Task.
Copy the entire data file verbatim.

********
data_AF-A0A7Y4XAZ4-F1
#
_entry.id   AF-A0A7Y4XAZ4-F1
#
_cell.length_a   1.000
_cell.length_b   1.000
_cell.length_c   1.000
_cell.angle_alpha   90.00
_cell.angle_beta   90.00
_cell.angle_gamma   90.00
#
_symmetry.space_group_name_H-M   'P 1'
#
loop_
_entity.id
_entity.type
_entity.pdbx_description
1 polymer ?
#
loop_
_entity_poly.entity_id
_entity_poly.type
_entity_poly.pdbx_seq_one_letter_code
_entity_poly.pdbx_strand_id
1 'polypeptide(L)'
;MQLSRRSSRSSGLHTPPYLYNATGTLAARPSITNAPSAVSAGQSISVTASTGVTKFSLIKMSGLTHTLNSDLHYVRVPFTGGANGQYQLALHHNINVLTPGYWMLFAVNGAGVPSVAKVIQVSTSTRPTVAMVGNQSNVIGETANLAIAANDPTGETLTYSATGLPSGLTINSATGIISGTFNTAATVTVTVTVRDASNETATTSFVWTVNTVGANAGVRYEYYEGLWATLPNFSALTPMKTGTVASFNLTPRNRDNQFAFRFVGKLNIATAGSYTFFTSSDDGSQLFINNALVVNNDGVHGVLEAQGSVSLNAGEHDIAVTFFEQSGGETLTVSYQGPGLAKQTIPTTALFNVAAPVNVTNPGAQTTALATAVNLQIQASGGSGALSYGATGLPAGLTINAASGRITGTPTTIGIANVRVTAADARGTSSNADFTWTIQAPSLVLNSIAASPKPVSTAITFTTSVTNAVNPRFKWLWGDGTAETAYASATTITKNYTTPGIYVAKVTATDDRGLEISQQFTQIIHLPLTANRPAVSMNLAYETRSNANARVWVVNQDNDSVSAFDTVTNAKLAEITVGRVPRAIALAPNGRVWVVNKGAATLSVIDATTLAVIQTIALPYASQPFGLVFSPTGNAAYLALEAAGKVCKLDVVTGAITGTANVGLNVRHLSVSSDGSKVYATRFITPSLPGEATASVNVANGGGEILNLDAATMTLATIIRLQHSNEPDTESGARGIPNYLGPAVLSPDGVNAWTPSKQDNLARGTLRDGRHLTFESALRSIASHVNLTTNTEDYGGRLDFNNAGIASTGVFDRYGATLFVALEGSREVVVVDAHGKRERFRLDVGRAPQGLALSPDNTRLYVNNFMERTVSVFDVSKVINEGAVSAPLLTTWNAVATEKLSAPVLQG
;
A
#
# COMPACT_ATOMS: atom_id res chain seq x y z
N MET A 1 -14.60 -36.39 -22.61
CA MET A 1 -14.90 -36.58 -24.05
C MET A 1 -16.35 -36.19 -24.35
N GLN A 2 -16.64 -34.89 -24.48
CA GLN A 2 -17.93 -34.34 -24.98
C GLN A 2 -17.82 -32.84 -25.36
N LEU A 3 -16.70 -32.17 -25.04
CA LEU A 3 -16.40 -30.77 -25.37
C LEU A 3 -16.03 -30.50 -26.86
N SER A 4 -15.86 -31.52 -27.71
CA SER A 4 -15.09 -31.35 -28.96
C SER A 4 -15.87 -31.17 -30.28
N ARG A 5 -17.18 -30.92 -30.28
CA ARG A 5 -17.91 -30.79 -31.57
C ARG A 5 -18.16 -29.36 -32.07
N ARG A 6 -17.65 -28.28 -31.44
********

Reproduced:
data_AF-A0A7Y4XAZ4-F1
#
_entry.id   AF-A0A7Y4XAZ4-F1
#
_cell.length_a   1.000
_cell.length_b   1.000
_cell.length_c   1.000
_cell.angle_alpha   90.00
_cell.angle_beta   90.00
_cell.angle_gamma   90.00
#
_symmetry.space_group_name_H-M   'P 1'
#
loop_
_entity.id
_entity.type
_entity.pdbx_description
1 polymer ?
#
loop_
_entity_poly.entity_id
_entity_poly.type
_entity_poly.pdbx_seq_one_letter_code
_entity_poly.pdbx_strand_id
1 'polypeptide(L)'
;MQLSRRSSRSSGLHTPPYLYNATGTLAARPSITNAPSAVSAGQSISVTASTGVTKFSLIKMSGLTHTLNSDLHYVRVPFTGGANGQYQLALHHNINVLTPGYWMLFAVNGAGVPSVAKVIQVSTSTRPTVAMVGNQSNVIGETANLAIAANDPTGETLTYSATGLPSGLTINSATGIISGTFNTAATVTVTVTVRDASNETATTSFVWTVNTVGANAGVRYEYYEGLWATLPNFSALTPMKTGTVASFNLTPRNRDNQFAFRFVGKLNIATAGSYTFFTSSDDGSQLFINNALVVNNDGVHGVLEAQGSVSLNAGEHDIAVTFFEQSGGETLTVSYQGPGLAKQTIPTTALFNVAAPVNVTNPGAQTTALATAVNLQIQASGGSGALSYGATGLPAGLTINAASGRITGTPTTIGIANVRVTAADARGTSSNADFTWTIQAPSLVLNSIAASPKPVSTAITFTTSVTNAVNPRFKWLWGDGTAETAYASATTITKNYTTPGIYVAKVTATDDRGLEISQQFTQIIHLPLTANRPAVSMNLAYETRSNANARVWVVNQDNDSVSAFDTVTNAKLAEITVGRVPRAIALAPNGRVWVVNKGAATLSVIDATTLAVIQTIALPYASQPFGLVFSPTGNAAYLALEAAGKVCKLDVVTGAITGTANVGLNVRHLSVSSDGSKVYATRFITPSLPGEATASVNVANGGGEILNLDAATMTLATIIRLQHSNEPDTESGARGIPNYLGPAVLSPDGVNAWTPSKQDNLARGTLRDGRHLTFESALRSIASHVNLTTNTEDYGGRLDFNNAGIASTGVFDRYGATLFVALEGSREVVVVDAHGKRERFRLDVGRAPQGLALSPDNTRLYVNNFMERTVSVFDVSKVINEGAVSAPLLTTWNAVATEKLSAPVLQG
;
A
#
# COMPACT_ATOMS: atom_id res chain seq x y z
N MET A 1 -14.60 -36.39 -22.61
CA MET A 1 -14.90 -36.58 -24.05
C MET A 1 -16.35 -36.19 -24.35
N GLN A 2 -16.64 -34.89 -24.48
CA GLN A 2 -17.93 -34.34 -24.98
C GLN A 2 -17.82 -32.84 -25.36
N LEU A 3 -16.70 -32.17 -25.04
CA LEU A 3 -16.40 -30.77 -25.37
C LEU A 3 -16.03 -30.50 -26.86
N SER A 4 -15.86 -31.52 -27.71
CA SER A 4 -15.09 -31.35 -28.96
C SER A 4 -15.87 -31.17 -30.28
N ARG A 5 -17.18 -30.92 -30.28
CA ARG A 5 -17.91 -30.79 -31.57
C ARG A 5 -18.16 -29.36 -32.07
N ARG A 6 -17.65 -28.28 -31.44